HTLV-1 infection-specific regional DNA hypermethylation reflects disease development and progression of adult T-cell leukemia-lymphoma
OR-2100, a novel decitabine prodrug with enhanced oral bioavailability, exerts potent anti-ATL activity through DNA hypomethylation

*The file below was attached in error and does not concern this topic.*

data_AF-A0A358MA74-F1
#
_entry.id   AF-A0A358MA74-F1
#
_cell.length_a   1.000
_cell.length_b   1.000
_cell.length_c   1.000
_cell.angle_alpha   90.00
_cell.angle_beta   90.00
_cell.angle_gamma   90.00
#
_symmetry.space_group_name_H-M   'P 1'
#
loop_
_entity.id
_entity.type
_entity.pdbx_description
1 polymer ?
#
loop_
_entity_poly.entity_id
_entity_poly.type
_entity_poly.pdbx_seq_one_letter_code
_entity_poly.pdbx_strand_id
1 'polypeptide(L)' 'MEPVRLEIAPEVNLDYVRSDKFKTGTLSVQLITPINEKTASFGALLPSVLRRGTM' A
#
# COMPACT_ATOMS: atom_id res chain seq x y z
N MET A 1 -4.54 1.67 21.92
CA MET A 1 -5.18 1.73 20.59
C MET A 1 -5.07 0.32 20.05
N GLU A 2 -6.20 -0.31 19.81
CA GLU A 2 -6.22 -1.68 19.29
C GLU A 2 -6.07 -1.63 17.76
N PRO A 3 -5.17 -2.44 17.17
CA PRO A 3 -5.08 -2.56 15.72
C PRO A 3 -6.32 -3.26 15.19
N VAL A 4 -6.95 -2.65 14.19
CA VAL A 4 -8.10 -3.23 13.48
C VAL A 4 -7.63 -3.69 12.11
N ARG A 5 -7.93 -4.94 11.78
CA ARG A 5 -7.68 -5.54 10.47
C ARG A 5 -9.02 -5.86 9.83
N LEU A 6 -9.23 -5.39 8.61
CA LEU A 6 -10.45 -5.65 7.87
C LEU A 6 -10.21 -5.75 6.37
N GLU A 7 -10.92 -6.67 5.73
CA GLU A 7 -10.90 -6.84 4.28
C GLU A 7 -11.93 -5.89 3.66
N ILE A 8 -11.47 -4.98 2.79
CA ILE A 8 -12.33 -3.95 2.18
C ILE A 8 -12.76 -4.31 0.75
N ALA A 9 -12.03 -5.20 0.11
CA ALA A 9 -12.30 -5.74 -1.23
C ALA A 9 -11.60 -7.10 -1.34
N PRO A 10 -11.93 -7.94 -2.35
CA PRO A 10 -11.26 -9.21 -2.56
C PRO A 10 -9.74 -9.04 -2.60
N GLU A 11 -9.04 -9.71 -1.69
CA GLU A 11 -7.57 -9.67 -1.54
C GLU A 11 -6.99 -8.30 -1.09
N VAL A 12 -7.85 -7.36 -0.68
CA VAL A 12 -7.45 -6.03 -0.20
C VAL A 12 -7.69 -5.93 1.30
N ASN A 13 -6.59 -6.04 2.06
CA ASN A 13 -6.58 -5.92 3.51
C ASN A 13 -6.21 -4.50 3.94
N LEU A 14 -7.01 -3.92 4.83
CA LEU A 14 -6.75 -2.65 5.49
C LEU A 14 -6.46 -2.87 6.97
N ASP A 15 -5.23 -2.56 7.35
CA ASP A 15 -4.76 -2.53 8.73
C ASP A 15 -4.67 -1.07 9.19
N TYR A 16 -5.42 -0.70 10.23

Adult T-cell leukemia-lymphoma (ATL) is an aggressive hematological malignancy of CD4+ T-cells transformed by human T-cell lymphotropic virus-1 (HTLV-1). Most HTLV-1-infected individuals are asymptomatic and only 3-5% of carriers develop ATL. Here, we describe the contribution of aberrant DNA methylation to ATL leukemogenesis. HTLV-1-infected T-cells and their uninfected counterparts were separately isolated based on CADM1 and CD7 expression status, and differentially methylated positions (DMPs) specific to HTLV-infected T-cells were identified through genome-wide DNA methylation profiling. Accumulation of DNA methylation at hypermethylated DMPs correlated strongly with ATL development and progression. In addition, we identified 22 genes down-regulated due to promoter hypermethylation in HTLV-1-infected T-cells, including THEMIS, LAIR1, and RNF130, which negatively regulate T-cell receptor (TCR) signaling. Phosphorylation of ZAP-70, a transducer of TCR signaling, was dysregulated in HTLV-1-infected cell lines but was normalized by re-expression of THEMIS. Therefore, we hypothesized that DNA hypermethylation contributes to growth advantages in HTLV-1-infected cells during ATL leukemogenesis. To test this idea, we investigated the anti-ATL activities of OR-1200 and OR-2100 (OR21), novel decitabine (DAC) prodrugs with enhanced oral bioavailability. Both DAC and OR21 inhibited cell growth, accompanied by global DNA hypomethylation, in xenograft tumors established by implantation of HTLV-1-infected cells. OR21 was less hematotoxic than DAC, whereas tumor growth inhibition was almost identical between the two compounds, making it suitable for long-term treatment of ATL patient-derived xenograft mice. Our results demonstrate that regional DNA hypermethylation is functionally important for ATL leukemogenesis and an effective therapeutic target.